THE ART OF FOLLOWING THROUGH


How BELIEVABLE are you in the eyes of your dog?

A lot of people think bombproof obedience, compliance, and respect in dog training is gained and cultivated by being domineering, physically rough, or mean. This is simply not the case.

Creating a relationship with your dog where they learn to listen and begin to reliably choose YOU and your will over distractions, no matter what the setting, does not require bribing with food, yelling, repeating yourself, or getting angry. All you need is patience, repetition, clear communication (and whatever tools you find best facilitate this for you and your dog), consistency, and most importantly, follow through.

Follow through is the missing link that I see so many clients struggle with. People will come in with a dog who listens "really well" 60% of the time, but only if they feel like it... "So what you're saying..." I tell them, "...is that your dog does not listen?" I dog who only listens when they feel like it, by definition, is NOT an obedient dog. In a world with cars, aggressive animals, and other sketchy real-world situations, we all know how important it is for a dog who wants freedom and the privilege to do awesome things out and about, needs to listen AND comply the first time. No matter how exciting that other dog, kid, bike, shiny thing, or hotdog on the ground is.

One of the best ways to get to that level of focus and compliance? Follow through on the LITTLE THINGS. Does your dog sit only half the time you ask when you're in the house or on a walk? Only do a half-down when you asked for a full one because he's excited? Pull just a little on the leash when he sees something that gets him riled? Perhaps you let this go, because he is being so good MOST of the time. Or let it go and praised him for a half-hearted down because of how cute he looked, or because you "love" him. This is where humanizing a dog can become so dangerous. Love to dogs equals structured, leadership, and appropriately-earned affection. Anything else makes them unstable, emotionally dependent, and sometimes even nasty and entitled.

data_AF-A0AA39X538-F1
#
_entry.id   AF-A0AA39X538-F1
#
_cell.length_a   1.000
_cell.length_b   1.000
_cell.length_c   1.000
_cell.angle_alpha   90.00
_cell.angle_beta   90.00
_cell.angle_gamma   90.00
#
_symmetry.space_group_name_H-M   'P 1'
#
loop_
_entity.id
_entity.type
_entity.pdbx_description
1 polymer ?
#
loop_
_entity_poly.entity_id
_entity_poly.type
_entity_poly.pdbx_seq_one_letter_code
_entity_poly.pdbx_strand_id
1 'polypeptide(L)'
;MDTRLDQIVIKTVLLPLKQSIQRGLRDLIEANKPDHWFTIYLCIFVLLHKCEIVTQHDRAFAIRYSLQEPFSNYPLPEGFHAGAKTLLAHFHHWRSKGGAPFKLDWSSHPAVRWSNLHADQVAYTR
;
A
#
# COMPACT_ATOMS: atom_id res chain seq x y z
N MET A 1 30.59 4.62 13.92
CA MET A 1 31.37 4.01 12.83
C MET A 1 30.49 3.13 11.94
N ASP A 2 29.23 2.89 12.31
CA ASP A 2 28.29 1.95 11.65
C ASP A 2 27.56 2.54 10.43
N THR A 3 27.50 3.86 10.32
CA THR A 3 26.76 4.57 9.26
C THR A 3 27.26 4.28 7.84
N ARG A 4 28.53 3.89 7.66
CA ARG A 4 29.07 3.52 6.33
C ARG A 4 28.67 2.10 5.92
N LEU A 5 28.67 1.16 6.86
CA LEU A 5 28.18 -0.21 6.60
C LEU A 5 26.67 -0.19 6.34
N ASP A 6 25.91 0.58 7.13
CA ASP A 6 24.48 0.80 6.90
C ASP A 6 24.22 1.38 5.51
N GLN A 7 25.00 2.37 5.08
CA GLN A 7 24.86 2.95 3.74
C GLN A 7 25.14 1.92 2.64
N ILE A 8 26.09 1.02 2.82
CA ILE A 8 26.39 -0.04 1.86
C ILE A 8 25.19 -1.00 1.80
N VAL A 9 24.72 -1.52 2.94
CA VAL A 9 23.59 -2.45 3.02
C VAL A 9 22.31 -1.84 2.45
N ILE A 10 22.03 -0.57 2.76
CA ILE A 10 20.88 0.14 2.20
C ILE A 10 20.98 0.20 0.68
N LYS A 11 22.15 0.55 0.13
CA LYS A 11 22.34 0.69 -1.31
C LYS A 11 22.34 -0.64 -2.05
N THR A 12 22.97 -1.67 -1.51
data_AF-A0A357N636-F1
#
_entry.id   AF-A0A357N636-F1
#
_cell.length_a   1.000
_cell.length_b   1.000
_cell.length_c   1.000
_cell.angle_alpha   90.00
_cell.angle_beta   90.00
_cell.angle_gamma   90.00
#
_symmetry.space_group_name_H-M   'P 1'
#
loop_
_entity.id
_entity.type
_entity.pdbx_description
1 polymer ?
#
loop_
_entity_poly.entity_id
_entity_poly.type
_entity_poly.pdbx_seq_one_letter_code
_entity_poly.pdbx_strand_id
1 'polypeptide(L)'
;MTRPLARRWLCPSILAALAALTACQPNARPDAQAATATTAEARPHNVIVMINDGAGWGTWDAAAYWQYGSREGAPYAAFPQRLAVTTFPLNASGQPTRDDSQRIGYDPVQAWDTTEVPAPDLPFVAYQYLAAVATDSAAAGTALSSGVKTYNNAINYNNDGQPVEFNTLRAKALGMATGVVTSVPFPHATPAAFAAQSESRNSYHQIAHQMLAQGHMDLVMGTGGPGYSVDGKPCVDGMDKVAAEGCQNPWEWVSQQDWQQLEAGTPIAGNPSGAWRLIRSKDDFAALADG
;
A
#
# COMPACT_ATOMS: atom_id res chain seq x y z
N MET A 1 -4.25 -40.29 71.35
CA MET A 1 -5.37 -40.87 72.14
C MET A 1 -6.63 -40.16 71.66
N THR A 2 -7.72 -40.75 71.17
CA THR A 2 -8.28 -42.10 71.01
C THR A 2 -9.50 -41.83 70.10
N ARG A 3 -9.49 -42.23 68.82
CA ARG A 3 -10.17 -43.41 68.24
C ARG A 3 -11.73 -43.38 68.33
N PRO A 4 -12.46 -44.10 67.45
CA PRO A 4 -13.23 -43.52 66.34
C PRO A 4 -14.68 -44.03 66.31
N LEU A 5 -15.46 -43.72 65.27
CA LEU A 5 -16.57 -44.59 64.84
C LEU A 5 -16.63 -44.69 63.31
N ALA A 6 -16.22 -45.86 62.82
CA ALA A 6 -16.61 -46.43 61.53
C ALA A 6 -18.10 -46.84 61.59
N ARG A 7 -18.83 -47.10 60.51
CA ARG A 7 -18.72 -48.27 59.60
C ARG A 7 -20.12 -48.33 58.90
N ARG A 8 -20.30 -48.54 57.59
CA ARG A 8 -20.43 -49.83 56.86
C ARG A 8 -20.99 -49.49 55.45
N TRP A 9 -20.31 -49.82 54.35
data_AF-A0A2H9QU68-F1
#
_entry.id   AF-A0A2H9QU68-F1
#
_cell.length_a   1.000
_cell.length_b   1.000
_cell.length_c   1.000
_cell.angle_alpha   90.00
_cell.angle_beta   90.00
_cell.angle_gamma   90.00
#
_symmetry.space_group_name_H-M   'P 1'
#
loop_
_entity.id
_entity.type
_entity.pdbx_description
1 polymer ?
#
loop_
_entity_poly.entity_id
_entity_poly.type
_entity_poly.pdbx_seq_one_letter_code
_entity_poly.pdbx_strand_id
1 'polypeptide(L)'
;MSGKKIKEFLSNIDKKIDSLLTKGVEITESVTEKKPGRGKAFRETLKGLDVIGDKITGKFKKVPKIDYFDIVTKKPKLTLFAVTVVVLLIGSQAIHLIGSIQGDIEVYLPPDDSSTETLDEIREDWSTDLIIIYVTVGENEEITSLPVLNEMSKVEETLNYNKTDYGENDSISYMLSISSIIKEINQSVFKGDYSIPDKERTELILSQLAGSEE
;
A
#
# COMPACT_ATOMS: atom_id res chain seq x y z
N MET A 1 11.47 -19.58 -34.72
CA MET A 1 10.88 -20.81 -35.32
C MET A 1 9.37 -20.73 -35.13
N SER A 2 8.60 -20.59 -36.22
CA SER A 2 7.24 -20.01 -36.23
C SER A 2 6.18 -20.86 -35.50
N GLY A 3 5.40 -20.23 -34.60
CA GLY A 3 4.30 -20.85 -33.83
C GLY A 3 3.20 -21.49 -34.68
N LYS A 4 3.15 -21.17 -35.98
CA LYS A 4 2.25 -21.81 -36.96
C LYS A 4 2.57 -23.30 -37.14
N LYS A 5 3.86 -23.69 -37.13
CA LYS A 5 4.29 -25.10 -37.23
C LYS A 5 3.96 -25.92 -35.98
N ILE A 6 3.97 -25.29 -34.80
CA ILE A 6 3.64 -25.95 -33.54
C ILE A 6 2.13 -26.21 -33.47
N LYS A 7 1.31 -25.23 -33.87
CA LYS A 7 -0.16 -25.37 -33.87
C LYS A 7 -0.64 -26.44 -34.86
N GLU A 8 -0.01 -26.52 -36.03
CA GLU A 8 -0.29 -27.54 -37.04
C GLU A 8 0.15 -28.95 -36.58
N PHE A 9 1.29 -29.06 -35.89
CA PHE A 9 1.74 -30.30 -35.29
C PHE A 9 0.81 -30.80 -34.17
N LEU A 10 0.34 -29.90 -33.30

To a dog, the world, including his relationship with you can be very back and white. If they see a grey area, they will capitalize on it and look for the easy way out; they see that inch, get ready- they are going to take the full ten miles. The kind of leadership dogs need should be clear and fair. In order to be so, rules must be non-negotiable! This means when you say sit, that means every time. Down, all the way, and even when they don't really feel like it. Pulling should NEVER be tolerated. Follow through every time, whether by means of spacial pressure, leash pressure, withholding praise, etc. Otherwise, how is it clear or fair when we suddenly expect our dogs to listen in situations where it IS a matter of safety, and really matters?

The simple answer is to let your pup know that it always matters, and that you, his protector, advocator, and leader, are going to follow through on a command EVERY time. You will start to see a serious drop in the level of silliness and non-compliance, and a serious strengthening of the bond between you and your dog. Remember: dogs WANT structure, they want leadership, and they want you to be the one to give it. Training is a 24/7 lifestyle, not an isolated event.

Your dog is always training, so never stop training your dog. This is part of what you signed up for when you brought him into your life- live up to his expectations. Be the human he sees you as.

Make some small changes, watch the compound effect take hold, and see the real magic begin to happen as your dog becomes the sort of companion that can go anywhere and everywhere!

Recent Posts
Archive
Search By Tags
Follow Us
  • Facebook Basic Square
  • Twitter Basic Square
  • Google+ Basic Square

 ©2011 THE LOYAL HOUND, LLC ALL RIGHTS RESERVED

 ©2011 THE LOYAL HOUND, LLC ALL RIGHTS RESERVED